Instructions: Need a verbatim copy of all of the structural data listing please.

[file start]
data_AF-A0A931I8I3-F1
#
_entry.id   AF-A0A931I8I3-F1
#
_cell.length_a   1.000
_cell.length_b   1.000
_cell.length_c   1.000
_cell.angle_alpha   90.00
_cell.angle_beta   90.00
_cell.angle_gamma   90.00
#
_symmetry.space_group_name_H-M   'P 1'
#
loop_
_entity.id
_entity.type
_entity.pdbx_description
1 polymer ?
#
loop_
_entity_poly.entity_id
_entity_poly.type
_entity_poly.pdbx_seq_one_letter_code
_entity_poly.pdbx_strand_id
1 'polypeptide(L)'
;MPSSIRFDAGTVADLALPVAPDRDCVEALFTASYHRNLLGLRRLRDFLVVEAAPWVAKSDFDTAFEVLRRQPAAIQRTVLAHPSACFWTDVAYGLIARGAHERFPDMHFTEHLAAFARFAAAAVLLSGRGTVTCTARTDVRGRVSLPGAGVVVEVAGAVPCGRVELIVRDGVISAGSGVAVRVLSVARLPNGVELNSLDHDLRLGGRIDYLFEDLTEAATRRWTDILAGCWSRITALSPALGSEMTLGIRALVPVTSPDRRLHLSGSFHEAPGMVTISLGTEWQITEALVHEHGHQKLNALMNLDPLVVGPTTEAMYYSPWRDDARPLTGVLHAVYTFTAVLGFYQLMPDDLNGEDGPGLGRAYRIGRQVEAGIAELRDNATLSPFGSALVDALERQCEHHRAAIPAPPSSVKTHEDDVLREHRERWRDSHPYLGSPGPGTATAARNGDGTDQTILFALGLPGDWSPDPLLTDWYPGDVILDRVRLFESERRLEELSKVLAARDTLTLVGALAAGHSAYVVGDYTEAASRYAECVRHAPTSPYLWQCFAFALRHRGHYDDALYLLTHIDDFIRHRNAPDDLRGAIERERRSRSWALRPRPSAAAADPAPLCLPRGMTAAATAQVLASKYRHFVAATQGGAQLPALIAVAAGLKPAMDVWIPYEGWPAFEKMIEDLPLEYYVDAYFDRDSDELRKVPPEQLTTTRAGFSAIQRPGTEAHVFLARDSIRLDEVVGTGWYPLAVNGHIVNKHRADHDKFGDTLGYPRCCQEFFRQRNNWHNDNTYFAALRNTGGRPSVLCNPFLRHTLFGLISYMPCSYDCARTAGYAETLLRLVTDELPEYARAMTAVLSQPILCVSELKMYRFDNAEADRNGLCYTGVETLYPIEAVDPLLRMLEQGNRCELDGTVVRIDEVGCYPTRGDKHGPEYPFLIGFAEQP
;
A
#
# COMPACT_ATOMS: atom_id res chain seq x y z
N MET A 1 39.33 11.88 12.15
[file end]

data_AF-A0A931I8I3-F1
#
_entry.id   AF-A0A931I8I3-F1
#
_cell.length_a   1.000
_cell.length_b   1.000
_cell.length_c   1.000
_cell.angle_alpha   90.00
_cell.angle_beta   90.00
_cell.angle_gamma   90.00
#
_symmetry.space_group_name_H-M   'P 1'
#
loop_
_entity.id
_entity.type
_entity.pdbx_description
1 polymer ?
#
loop_
_entity_poly.entity_id
_entity_poly.type
_entity_poly.pdbx_seq_one_letter_code
_entity_poly.pdbx_strand_id
1 'polypeptide(L)'
;MPSSIRFDAGTVADLALPVAPDRDCVEALFTASYHRNLLGLRRLRDFLVVEAAPWVAKSDFDTAFEVLRRQPAAIQRTVLAHPSACFWTDVAYGLIARGAHERFPDMHFTEHLAAFARFAAAAVLLSGRGTVTCTARTDVRGRVSLPGAGVVVEVAGAVPCGRVELIVRDGVISAGSGVAVRVLSVARLPNGVELNSLDHDLRLGGRIDYLFEDLTEAATRRWTDILAGCWSRITALSPALGSEMTLGIRALVPVTSPDRRLHLSGSFHEAPGMVTISLGTEWQITEALVHEHGHQKLNALMNLDPLVVGPTTEAMYYSPWRDDARPLTGVLHAVYTFTAVLGFYQLMPDDLNGEDGPGLGRAYRIGRQVEAGIAELRDNATLSPFGSALVDALERQCEHHRAAIPAPPSSVKTHEDDVLREHRERWRDSHPYLGSPGPGTATAARNGDGTDQTILFALGLPGDWSPDPLLTDWYPGDVILDRVRLFESERRLEELSKVLAARDTLTLVGALAAGHSAYVVGDYTEAASRYAECVRHAPTSPYLWQCFAFALRHRGHYDDALYLLTHIDDFIRHRNAPDDLRGAIERERRSRSWALRPRPSAAAADPAPLCLPRGMTAAATAQVLASKYRHFVAATQGGAQLPALIAVAAGLKPAMDVWIPYEGWPAFEKMIEDLPLEYYVDAYFDRDSDELRKVPPEQLTTTRAGFSAIQRPGTEAHVFLARDSIRLDEVVGTGWYPLAVNGHIVNKHRADHDKFGDTLGYPRCCQEFFRQRNNWHNDNTYFAALRNTGGRPSVLCNPFLRHTLFGLISYMPCSYDCARTAGYAETLLRLVTDELPEYARAMTAVLSQPILCVSELKMYRFDNAEADRNGLCYTGVETLYPIEAVDPLLRMLEQGNRCELDGTVVRIDEVGCYPTRGDKHGPEYPFLIGFAEQP
;
A
#
# COMPACT_ATOMS: atom_id res chain seq x y z
N MET A 1 39.33 11.88 12.15